Well, not all my contacts are on Facebook, so the approach they took is simple, just Facebook enhance the contacts they recognize. Now Facebook is in my iPhone contact list and can add all that data when I pull up their contact info. I now know not to suggest steak for dinner because I see from your status you had a ribeye at lunch. Combine that with FourSquare data and I might know roughly where you are. Give me Google Lattitude Access and I will know exactly where you are.
The point is that there are so many services that provide info about your friends and what they have done. Facebook is the defacto standard. By extending their reach into my contact list, they strengthen that position and make it easier for all of the smaller apps to get to the contact list, just integrate into Facebook you see.
It's a major move that hasn't received enough attention in my humble opinion. Now of course, Facebook is abusing this permission and sending me a constant stream of notifications that I am going to turn off. But they just staked out some significant territory and I am better for it (barring some serious privacy concerns, of course).
Now interestingly enough both of these services have recently, and surprisingly, reported that they are near or at profitability well ahead of schedule. While many have talked about the surprising success of Facebook ads, especially the ad budgets of games like Farmville, I think it is more than coincidence that these performance issues are happening now.
The funniest commercial I have seen on TV lately has been the Verizon Wireless commercial "there's a map for that." Poking fun at AT&T's network is a little too easy. But it's too easy to take your natural lead in a market and cut costs to maximize profitability. You still have your features. Your bells and whistles. Your network value (Metcalfs Law). Your brand equity. But you have undercut your users for the sake of cost.
Would cell phone carriers have taken off if they were this spotty to begin with? Would Facebook be as popular if it were regularly frustrating? There's a natural cycle to businesses where you spend less time innovating and more time profiting from the existing market position. This tends to happen in a waning market, where long term iterative innovation just won't have an effective ROI. Disruptive innovation and creative destruction then rules, and new ventures open up new markets.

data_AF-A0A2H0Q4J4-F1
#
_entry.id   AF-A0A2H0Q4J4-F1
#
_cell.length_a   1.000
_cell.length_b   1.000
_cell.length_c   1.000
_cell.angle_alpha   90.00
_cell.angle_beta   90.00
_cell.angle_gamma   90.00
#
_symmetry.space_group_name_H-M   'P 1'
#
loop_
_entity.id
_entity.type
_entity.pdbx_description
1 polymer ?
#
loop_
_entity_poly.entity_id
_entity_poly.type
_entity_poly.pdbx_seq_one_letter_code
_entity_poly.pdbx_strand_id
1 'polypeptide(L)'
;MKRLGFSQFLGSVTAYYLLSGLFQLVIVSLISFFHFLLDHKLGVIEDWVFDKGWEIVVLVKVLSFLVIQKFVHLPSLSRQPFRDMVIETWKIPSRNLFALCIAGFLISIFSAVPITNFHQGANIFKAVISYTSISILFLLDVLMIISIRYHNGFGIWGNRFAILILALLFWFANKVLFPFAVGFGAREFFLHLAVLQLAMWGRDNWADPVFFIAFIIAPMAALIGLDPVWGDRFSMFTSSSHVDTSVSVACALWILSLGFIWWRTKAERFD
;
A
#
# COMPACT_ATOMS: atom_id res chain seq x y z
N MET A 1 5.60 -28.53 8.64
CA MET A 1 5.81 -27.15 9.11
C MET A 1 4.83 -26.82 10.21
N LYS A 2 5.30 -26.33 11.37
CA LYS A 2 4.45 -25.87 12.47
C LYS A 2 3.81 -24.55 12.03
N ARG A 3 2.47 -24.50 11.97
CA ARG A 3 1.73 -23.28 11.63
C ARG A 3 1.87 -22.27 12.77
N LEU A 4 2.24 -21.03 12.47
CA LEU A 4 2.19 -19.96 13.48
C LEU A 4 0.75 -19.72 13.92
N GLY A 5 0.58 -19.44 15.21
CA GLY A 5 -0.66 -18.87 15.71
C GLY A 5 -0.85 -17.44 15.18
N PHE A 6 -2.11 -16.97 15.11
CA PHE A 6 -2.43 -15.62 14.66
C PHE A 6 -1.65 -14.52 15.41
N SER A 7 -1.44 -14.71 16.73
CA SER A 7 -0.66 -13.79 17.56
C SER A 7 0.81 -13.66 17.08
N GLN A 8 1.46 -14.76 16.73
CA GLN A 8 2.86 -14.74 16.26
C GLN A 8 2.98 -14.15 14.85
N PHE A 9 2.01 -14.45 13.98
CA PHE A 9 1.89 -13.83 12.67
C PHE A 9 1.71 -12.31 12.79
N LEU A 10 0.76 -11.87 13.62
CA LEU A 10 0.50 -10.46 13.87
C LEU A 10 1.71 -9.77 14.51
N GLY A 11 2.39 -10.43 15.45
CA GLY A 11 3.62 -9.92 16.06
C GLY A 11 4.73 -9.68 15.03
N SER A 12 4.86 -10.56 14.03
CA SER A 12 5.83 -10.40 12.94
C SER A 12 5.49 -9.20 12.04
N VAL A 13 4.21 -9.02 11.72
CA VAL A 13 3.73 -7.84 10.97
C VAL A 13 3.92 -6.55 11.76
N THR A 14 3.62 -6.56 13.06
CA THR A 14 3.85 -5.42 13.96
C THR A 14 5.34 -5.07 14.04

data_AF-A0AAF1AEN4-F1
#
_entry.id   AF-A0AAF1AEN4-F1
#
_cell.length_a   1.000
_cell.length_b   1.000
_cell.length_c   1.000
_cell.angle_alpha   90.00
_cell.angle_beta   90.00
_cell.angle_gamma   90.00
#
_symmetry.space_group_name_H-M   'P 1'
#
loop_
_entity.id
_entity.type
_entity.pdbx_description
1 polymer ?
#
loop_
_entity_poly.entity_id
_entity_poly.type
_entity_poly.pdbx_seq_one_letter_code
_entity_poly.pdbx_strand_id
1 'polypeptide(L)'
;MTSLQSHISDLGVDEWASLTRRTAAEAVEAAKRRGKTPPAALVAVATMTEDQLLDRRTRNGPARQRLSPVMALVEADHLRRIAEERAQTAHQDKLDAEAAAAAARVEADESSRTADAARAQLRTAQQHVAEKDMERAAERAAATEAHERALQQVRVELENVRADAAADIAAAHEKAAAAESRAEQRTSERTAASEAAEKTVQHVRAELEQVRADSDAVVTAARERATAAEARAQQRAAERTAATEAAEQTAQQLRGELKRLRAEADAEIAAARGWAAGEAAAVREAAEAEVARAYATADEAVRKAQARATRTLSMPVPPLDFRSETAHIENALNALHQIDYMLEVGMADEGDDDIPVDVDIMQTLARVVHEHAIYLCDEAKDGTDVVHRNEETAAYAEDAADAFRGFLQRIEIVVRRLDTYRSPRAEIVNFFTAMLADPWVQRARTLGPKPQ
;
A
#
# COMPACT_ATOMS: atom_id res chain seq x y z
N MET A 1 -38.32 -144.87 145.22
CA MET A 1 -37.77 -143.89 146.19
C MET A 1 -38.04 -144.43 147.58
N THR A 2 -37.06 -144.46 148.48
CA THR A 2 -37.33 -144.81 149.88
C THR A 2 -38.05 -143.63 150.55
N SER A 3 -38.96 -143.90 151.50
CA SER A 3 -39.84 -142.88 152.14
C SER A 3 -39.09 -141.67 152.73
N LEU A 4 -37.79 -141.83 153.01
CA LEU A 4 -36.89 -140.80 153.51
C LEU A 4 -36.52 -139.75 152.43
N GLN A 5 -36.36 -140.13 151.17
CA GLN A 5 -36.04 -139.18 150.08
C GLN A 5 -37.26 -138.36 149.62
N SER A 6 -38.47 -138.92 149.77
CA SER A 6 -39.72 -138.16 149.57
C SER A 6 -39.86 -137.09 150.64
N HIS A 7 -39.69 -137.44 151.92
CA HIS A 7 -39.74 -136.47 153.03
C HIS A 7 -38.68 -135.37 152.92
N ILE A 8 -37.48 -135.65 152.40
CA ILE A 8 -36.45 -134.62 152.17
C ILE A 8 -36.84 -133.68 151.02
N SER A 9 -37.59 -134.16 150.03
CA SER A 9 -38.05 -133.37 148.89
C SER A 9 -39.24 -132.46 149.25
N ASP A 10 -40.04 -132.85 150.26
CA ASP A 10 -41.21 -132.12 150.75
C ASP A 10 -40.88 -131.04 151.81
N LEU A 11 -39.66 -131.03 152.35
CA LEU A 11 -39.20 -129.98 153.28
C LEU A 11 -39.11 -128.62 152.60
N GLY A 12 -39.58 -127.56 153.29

But it's way too early. This market has just begun. Premium video is being flanked by Hulu and other popular and accepted premium VOD services. It's easier than ever to discover content with video search engines. Netflix is poised to supplant cable. Now is not the time to alienate users.
And Facebook. You've got analysts saying that the future of digital advertising is about leveraging social network data to provide more effective ads. Facebook is now the leading photo sharing site on the Internet. And it's the biggest video game platform. It's the largest event planning site. But you have threats from Open Social, micro communities like Ning and yes, Weplay.
And so I find myself using Facebook a little less. Maybe it is become I am busy, but also because it is slow and clunky. And I am reading ACLU reports on how Facebook apps give away your friends info without their permission. And I am thinking to myself, is a backlash really possible? Is something that is so much a staple to many, really so vulnerable? Well, I have had a couple friends leave Facebook in the last week. Maybe it's too early to milk the business. Maybe the cookie is crumbling.